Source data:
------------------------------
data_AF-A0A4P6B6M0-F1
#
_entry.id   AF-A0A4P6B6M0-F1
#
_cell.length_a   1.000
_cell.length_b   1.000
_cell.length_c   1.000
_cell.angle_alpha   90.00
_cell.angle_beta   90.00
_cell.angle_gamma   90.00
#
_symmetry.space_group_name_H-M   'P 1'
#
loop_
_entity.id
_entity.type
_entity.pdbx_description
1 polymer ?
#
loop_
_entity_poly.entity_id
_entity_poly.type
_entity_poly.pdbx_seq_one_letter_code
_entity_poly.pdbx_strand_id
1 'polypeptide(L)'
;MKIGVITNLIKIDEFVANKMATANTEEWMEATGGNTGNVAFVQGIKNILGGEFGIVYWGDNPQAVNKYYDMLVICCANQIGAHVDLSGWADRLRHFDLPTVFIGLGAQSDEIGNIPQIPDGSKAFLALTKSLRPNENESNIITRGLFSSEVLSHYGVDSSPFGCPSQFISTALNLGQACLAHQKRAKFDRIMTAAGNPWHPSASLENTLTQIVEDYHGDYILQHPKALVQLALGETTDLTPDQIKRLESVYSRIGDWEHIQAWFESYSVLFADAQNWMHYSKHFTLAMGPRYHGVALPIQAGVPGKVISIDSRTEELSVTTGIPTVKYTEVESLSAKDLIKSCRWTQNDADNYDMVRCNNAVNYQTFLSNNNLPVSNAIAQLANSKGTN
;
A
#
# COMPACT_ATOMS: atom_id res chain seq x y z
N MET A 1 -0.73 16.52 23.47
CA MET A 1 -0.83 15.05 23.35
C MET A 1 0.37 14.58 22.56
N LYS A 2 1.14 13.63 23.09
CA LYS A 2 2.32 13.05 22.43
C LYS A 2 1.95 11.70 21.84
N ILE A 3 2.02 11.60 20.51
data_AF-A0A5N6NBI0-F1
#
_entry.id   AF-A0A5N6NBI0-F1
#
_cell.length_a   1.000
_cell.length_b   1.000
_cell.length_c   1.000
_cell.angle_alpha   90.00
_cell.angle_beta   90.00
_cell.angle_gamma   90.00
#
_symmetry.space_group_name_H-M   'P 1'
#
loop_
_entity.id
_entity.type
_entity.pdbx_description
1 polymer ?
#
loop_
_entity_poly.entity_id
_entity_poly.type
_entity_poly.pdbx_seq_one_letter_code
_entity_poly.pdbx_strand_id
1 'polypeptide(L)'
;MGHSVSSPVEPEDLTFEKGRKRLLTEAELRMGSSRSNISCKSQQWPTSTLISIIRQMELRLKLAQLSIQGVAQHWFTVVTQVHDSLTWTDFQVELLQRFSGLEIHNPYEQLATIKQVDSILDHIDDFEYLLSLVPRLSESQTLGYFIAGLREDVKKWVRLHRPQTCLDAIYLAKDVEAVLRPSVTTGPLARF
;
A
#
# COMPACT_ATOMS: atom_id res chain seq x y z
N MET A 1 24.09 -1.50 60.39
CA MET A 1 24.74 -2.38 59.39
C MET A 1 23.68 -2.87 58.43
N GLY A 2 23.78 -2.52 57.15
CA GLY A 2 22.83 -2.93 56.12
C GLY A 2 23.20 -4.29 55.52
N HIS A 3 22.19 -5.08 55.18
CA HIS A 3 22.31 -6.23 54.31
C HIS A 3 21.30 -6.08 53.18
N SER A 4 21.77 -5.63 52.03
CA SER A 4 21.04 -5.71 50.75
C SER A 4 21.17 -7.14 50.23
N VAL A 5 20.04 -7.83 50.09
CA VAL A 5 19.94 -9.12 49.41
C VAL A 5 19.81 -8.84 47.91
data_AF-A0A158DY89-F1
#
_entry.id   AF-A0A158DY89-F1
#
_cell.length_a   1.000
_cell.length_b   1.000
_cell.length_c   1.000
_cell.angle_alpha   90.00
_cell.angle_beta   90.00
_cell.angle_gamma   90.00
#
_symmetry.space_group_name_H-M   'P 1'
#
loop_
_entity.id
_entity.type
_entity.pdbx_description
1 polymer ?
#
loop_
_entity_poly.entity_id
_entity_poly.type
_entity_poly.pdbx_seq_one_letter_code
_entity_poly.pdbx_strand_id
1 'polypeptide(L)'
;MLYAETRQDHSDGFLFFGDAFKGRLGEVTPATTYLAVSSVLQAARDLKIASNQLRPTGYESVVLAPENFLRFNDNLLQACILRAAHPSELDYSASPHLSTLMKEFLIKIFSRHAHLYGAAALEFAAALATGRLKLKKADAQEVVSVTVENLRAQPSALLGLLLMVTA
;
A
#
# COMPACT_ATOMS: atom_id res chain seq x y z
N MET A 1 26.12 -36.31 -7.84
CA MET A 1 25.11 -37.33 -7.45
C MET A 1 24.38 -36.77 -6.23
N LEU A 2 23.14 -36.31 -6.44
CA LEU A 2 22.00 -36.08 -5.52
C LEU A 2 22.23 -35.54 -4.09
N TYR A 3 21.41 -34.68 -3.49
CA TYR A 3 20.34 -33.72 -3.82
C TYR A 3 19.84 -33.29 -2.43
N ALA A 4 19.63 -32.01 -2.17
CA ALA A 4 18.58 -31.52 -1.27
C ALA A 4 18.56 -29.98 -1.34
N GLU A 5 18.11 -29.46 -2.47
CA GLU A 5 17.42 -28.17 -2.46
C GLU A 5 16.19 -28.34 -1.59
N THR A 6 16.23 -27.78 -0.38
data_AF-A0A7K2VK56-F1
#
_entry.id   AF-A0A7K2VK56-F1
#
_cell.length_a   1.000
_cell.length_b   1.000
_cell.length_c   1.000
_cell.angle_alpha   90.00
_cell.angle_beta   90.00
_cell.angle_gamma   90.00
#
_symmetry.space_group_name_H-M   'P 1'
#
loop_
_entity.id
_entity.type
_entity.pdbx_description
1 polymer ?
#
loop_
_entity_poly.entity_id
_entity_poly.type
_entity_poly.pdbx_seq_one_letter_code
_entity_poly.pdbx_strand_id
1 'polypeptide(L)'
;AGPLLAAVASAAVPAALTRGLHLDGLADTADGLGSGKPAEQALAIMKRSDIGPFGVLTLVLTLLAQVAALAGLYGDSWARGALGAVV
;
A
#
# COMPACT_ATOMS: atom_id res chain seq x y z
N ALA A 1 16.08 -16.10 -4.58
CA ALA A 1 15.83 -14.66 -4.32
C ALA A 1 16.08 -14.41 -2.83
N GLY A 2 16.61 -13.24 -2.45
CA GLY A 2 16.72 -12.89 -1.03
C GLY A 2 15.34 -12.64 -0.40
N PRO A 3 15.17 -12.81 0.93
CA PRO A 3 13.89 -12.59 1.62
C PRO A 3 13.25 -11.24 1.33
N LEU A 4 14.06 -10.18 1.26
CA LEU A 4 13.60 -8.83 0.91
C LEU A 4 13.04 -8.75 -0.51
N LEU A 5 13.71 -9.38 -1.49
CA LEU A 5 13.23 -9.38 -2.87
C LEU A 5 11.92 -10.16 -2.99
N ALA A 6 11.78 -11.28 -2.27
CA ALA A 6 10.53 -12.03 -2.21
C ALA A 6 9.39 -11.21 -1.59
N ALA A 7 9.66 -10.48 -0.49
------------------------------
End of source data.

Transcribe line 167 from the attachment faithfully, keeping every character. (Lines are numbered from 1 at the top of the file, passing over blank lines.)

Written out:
C PRO A 3 13.25 -11.24 1.33